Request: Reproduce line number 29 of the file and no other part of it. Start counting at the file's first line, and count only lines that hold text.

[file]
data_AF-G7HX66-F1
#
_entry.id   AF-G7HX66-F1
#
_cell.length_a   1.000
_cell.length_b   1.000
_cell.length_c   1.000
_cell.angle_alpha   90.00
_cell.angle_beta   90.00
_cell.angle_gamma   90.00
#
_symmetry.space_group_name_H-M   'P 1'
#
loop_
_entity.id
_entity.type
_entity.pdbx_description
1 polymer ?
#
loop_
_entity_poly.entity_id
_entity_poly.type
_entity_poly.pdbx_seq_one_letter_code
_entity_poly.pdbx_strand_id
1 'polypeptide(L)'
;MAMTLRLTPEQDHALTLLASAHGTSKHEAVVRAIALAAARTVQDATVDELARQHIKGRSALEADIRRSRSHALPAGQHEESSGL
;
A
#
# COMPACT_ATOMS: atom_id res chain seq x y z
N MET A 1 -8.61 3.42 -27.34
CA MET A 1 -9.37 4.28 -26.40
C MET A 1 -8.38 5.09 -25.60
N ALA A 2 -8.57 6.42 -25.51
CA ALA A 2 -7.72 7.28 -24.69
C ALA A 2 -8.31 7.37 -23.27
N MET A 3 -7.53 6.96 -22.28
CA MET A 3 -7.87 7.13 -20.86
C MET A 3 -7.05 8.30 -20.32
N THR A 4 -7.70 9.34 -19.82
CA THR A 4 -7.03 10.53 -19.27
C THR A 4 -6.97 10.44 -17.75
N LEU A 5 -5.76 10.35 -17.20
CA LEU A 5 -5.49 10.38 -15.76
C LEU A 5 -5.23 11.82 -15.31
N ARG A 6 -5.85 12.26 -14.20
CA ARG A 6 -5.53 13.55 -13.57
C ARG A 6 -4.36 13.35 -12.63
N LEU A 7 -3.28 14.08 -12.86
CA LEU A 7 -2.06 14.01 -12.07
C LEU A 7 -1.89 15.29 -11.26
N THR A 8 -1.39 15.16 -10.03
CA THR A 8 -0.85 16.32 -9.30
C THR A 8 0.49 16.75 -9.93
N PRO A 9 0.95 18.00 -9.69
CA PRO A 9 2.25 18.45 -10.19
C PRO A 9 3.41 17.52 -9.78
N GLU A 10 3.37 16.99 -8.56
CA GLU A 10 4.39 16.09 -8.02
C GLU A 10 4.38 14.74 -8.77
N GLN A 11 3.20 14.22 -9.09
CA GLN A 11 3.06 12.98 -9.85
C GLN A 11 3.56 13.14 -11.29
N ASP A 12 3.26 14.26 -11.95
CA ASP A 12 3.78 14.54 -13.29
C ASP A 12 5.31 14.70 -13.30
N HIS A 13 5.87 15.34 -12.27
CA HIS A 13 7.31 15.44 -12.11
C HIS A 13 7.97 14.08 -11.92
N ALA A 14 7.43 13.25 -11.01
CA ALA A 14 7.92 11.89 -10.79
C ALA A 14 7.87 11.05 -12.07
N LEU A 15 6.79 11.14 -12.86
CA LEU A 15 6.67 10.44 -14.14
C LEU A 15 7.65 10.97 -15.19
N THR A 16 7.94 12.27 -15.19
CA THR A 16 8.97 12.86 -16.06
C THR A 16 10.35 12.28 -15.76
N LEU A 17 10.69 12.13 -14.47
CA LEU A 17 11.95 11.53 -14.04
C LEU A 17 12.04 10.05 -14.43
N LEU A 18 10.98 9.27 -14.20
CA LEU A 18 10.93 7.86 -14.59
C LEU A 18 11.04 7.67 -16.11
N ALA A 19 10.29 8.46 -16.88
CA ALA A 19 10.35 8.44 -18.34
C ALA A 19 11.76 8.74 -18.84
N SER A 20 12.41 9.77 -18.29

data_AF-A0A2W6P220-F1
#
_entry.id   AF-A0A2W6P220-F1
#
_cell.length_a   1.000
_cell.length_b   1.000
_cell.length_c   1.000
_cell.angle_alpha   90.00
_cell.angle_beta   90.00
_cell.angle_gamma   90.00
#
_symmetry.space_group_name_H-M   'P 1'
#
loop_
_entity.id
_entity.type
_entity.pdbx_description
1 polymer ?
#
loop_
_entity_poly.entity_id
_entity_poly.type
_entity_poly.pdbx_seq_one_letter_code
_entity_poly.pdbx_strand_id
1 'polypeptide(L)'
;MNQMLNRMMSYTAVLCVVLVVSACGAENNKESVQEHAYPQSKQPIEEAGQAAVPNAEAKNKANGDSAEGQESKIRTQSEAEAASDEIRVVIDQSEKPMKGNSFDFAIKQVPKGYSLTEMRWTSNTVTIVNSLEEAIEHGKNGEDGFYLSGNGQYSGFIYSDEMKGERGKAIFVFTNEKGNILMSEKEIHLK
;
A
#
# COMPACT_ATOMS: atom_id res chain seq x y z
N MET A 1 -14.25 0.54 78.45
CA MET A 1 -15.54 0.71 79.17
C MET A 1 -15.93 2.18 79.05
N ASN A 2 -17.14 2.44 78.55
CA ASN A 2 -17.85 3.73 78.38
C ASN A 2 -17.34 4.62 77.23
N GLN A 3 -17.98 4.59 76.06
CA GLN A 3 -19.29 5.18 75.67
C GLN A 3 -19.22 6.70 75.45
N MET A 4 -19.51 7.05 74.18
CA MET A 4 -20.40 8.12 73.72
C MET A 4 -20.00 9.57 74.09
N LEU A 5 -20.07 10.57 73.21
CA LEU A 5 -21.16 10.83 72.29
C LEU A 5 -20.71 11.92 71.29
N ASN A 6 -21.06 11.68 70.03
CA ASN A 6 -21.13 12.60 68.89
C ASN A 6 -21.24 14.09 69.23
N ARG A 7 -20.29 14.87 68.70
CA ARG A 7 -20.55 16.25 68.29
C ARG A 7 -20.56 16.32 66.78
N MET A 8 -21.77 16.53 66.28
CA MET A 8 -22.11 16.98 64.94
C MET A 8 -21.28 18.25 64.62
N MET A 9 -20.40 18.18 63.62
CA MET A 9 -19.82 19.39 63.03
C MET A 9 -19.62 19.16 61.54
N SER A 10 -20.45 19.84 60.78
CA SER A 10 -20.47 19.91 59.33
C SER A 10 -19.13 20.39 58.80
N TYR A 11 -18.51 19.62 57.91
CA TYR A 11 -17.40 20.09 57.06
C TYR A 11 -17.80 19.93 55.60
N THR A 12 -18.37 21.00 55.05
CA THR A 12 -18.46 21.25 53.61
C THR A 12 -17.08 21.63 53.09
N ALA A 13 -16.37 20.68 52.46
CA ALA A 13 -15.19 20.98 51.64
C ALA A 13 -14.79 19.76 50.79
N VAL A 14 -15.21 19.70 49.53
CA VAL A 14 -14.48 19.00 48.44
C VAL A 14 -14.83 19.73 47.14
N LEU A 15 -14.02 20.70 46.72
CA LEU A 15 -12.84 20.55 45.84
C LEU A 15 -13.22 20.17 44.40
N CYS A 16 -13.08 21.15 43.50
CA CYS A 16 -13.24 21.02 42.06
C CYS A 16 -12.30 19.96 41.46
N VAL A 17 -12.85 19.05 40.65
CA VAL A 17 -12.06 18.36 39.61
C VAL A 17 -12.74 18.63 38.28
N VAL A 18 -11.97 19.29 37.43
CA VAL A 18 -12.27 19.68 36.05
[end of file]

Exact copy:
#